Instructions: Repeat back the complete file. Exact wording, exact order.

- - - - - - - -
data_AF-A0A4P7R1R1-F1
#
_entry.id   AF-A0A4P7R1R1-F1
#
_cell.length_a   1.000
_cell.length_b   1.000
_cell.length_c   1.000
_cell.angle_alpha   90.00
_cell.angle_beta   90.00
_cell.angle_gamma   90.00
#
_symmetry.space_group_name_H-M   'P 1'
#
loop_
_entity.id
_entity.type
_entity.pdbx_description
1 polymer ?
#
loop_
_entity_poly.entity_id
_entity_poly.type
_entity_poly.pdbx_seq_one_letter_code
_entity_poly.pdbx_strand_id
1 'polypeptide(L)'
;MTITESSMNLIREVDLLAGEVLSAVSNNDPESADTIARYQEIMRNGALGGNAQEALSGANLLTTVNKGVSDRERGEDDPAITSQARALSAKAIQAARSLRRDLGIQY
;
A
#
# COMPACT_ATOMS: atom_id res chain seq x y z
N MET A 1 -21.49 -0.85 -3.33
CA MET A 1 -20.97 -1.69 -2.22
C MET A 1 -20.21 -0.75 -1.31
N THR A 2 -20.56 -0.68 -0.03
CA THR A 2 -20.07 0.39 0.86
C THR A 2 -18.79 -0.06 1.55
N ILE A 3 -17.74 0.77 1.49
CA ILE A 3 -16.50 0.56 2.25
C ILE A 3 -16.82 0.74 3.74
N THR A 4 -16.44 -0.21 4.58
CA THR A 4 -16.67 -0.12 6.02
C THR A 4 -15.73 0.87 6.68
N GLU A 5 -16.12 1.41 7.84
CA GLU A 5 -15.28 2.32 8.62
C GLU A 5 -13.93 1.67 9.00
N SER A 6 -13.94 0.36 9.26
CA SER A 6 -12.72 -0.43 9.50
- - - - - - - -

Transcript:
data_AF-A0A4P7R1R1-F1
#
_entry.id   AF-A0A4P7R1R1-F1
#
_cell.length_a   1.000
_cell.length_b   1.000
_cell.length_c   1.000
_cell.angle_alpha   90.00
_cell.angle_beta   90.00
_cell.angle_gamma   90.00
#
_symmetry.space_group_name_H-M   'P 1'
#
loop_
_entity.id
_entity.type
_entity.pdbx_description
1 polymer ?
#
loop_
_entity_poly.entity_id
_entity_poly.type
_entity_poly.pdbx_seq_one_letter_code
_entity_poly.pdbx_strand_id
1 'polypeptide(L)'
;MTITESSMNLIREVDLLAGEVLSAVSNNDPESADTIARYQEIMRNGALGGNAQEALSGANLLTTVNKGVSDRERGEDDPAITSQARALSAKAIQAARSLRRDLGIQY
;
A
#
# COMPACT_ATOMS: atom_id res chain seq x y z
N MET A 1 -21.49 -0.85 -3.33
CA MET A 1 -20.97 -1.69 -2.22
C MET A 1 -20.21 -0.75 -1.31
N THR A 2 -20.56 -0.68 -0.03
CA THR A 2 -20.07 0.39 0.86
C THR A 2 -18.79 -0.06 1.55
N ILE A 3 -17.74 0.77 1.49
CA ILE A 3 -16.50 0.56 2.25
C ILE A 3 -16.82 0.74 3.74
N THR A 4 -16.44 -0.21 4.58
CA THR A 4 -16.67 -0.12 6.02
C THR A 4 -15.73 0.87 6.68
N GLU A 5 -16.12 1.41 7.84
CA GLU A 5 -15.28 2.32 8.62
C GLU A 5 -13.93 1.67 9.00
N SER A 6 -13.94 0.36 9.26
CA SER A 6 -12.72 -0.43 9.50